Wednesday, September 14, 2011

Thursday, July 28, 2011

If Your Refrigerator Could Talk

by Ben Peacock, President, Tousey Winery

Dieticians would say that you can tell a lot about a person from a peek inside their fridge.  I would argue you can tell just as much from what's on the outside.  For reasons unknown to me, people seem  desperate to reveal and express themselves via the white and chrome vastness of this kitchen utility's outer surfaces.  All of which are ready to be scanned and analyzed by covert fridge scanners like me.  There's the snotty nose kid on a bicycle, the reminder of a dentist appointment and more often than not, a green takeout menu.

Monday, July 11, 2011

The Key to Life?

by Dr. Steven Hickman, Intern Emeritus

“Has anyone seen the key?”

Especially in the fall and summer, this refrain can be heard echoing off the stainless steel tanks and concrete floors of the Fox Run cellar.  The key is not the one that unlocks the cellar door, which is a rather mundane looking item.  Winery hardware is more complicated than that: we're looking for the elusive but necessary key that will allow us to sample the wines in our tanks.

Friday, July 8, 2011

A Winery Owner's Screed

by Scott Osborn, President

The big question I hear in the tasting room these days is, “Why don’t New York restaurants carry a selection of New York wines?” This is a one of those hot-button questions that can get a winery owner seething with frustration. I define 'local' as anything made in my state, or better yet, within 100 miles or so of where it's being sold. We see advertisements every day from restaurants boasting that they use only local ingredients. This practice, called Locavorism, is a big selling point at the moment.

But too often you go out to support a good restaurant and the local farmers who they are sourcing from, and the first thing you notice is that the wine list is heavy on west coast and imported products. Often there are no local wines at all, or a token one just for show. How can they reconcile these two practices, one wonders? These folks have a double standard that is not even remotely defensible.

Here are some statistics.

Wednesday, July 6, 2011

July Reckoning

By: Kelby Russell, Winemaking Team Member

There is no denying it, we are definitely into the month of July.  As much as we might like to close our eyes and pretend that it is still June, Independence Day is now behind us and the dog days of summer are beckoning.  Don't get me wrong, we absolutely adore the glorious sunny days that summer in the Finger Lakes means - especially as those sunny days transform into molten twilights that seem to last forever.  You will notice, however, that I did not employ the normal cliché of "carefree summer days," and that is precisely the point.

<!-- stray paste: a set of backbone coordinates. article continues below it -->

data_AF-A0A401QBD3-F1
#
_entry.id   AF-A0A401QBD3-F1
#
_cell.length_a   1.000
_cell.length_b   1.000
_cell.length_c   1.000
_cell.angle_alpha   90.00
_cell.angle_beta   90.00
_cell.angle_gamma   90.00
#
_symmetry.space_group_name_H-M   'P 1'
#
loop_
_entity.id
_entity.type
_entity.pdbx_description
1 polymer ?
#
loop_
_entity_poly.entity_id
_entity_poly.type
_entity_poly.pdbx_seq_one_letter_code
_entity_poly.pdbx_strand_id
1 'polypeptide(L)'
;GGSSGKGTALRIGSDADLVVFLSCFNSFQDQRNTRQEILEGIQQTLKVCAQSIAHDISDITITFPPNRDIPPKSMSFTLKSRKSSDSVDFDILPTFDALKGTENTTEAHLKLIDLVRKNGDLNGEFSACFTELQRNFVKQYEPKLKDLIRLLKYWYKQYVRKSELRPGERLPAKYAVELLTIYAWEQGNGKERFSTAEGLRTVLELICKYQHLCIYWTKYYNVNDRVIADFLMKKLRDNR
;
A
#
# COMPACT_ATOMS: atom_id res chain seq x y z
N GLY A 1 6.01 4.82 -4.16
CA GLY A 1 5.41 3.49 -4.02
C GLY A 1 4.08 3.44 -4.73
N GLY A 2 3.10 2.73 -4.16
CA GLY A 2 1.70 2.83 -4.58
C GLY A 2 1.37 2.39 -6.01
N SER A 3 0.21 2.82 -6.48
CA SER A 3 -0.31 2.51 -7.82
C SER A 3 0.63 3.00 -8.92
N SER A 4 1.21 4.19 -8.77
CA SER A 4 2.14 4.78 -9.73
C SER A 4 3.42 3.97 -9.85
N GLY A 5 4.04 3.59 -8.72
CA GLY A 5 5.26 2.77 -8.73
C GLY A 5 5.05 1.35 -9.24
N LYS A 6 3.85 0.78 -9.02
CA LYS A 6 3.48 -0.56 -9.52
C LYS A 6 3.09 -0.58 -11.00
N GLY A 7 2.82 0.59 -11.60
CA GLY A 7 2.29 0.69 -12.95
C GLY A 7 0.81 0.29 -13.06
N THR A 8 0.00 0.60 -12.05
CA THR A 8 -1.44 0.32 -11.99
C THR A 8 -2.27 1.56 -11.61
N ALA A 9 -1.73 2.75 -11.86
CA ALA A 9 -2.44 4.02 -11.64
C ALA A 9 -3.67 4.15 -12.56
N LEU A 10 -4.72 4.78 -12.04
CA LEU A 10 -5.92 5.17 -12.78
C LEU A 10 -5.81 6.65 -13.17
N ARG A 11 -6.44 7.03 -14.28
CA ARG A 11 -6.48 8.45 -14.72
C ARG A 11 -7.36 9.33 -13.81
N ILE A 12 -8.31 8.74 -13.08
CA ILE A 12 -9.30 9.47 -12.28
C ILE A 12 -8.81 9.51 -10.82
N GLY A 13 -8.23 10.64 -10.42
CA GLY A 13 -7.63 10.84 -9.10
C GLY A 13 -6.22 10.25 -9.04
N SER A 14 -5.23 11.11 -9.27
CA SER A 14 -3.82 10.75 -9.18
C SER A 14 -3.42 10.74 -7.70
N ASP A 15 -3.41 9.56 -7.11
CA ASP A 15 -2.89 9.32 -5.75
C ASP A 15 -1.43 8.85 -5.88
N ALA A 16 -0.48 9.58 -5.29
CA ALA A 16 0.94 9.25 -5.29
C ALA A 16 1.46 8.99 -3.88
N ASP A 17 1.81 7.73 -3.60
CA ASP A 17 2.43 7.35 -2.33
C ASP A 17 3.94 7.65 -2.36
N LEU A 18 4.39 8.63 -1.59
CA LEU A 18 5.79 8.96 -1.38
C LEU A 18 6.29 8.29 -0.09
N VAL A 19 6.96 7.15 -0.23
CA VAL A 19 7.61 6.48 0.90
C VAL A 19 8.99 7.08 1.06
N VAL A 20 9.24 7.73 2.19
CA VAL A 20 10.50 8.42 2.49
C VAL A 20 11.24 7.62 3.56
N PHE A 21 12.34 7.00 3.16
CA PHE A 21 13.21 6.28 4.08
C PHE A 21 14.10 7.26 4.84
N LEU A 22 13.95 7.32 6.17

Our daily calendar for the month of July is a complete mess.

Monday, July 4, 2011

Update from the Vineyard

With the July sun warming us through here on Seneca Lake, it's time for a quick update on how the growing season is treating our vineyards thus far.  Peter in particular would note that he is a bit cynical about the whole process of trying to forecast the quality of a vintage based on a few weeks of weather; you may remember that he is even hesitant to discuss the quality and direction of a vintage the following May.  It must be said that this certainly represents a very practical way of assessing the grapes and resulting wines: wines take time to come into their own and, even in a brilliant growing season, grape quality can be ruined in an instant after a single tantrum by Mother Nature.

Wednesday, June 22, 2011

The Coolest of Cool Climates

By: Kelby Russell, Winemaking Team Member returned from afar

Having spent the previous four months in Tasmania, returning to the Finger Lakes a few days ago has truly been a joy.  From catching up with family to catching up with friends old and new, the only thing as rewarding has been the sudden change from winter weather to summer weather (and daylight hours) for the first time in nearly ten months.  I may grumble about the increase in temperature and the adjustment to trying to sleep in a room at 70 degrees rather than 40 degrees, but that would be the definition of missing the forest for the trees.

Monday, June 20, 2011

The Oregon Trial

by Peter Bell, Winemaker

You could tell from the previous couple of blog posts. People in the wine business tend to be among the world’s most eager practitioners of what the British call a Busman’s Holiday. When we take a break from our wine-related tasks, whatever they may be, what do we have a burning desire to do? Taste wine, meet winemakers, visit other regions, or at the very least, seek out and consume a wine style that is new to us.

Wednesday, June 8, 2011

In Praise of Rose

by Scott Osborn, Fox Run Vineyards President

There’s nothing like a good vacation, where cell phone signals and the internet are intermittent, to let a person relax and reflect. My wife Ruth, her sister and brother-in law and I recently took a much-needed trip to St. Maarten in the Caribbean. It was a first visit for all of us. It was also a chance to get away from one of the snowiest winters on record and one of the rainiest springs.